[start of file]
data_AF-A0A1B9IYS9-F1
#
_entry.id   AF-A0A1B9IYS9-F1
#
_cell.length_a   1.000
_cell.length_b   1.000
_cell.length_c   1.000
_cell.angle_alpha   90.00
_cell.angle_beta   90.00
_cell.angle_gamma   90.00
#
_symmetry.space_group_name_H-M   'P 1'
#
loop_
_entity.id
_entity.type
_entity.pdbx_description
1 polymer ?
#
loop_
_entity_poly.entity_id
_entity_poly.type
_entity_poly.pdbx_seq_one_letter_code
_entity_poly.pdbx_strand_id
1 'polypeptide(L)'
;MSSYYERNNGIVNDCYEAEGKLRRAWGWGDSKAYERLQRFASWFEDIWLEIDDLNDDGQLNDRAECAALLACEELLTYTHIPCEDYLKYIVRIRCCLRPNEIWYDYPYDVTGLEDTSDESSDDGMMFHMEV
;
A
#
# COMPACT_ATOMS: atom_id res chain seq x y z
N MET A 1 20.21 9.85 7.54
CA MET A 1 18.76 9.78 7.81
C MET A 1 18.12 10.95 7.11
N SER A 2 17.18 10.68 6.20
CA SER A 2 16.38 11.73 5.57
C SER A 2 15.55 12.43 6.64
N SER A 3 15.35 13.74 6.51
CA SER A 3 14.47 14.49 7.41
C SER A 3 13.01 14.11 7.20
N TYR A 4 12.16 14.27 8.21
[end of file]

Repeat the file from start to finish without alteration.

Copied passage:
data_AF-A0A1B9IYS9-F1
#
_entry.id   AF-A0A1B9IYS9-F1
#
_cell.length_a   1.000
_cell.length_b   1.000
_cell.length_c   1.000
_cell.angle_alpha   90.00
_cell.angle_beta   90.00
_cell.angle_gamma   90.00
#
_symmetry.space_group_name_H-M   'P 1'
#
loop_
_entity.id
_entity.type
_entity.pdbx_description
1 polymer ?
#
loop_
_entity_poly.entity_id
_entity_poly.type
_entity_poly.pdbx_seq_one_letter_code
_entity_poly.pdbx_strand_id
1 'polypeptide(L)'
;MSSYYERNNGIVNDCYEAEGKLRRAWGWGDSKAYERLQRFASWFEDIWLEIDDLNDDGQLNDRAECAALLACEELLTYTHIPCEDYLKYIVRIRCCLRPNEIWYDYPYDVTGLEDTSDESSDDGMMFHMEV
;
A
#
# COMPACT_ATOMS: atom_id res chain seq x y z
N MET A 1 20.21 9.85 7.54
CA MET A 1 18.76 9.78 7.81
C MET A 1 18.12 10.95 7.11
N SER A 2 17.18 10.68 6.20
CA SER A 2 16.38 11.73 5.57
C SER A 2 15.55 12.43 6.64
N SER A 3 15.35 13.74 6.51
CA SER A 3 14.47 14.49 7.41
C SER A 3 13.01 14.11 7.20
N TYR A 4 12.16 14.27 8.21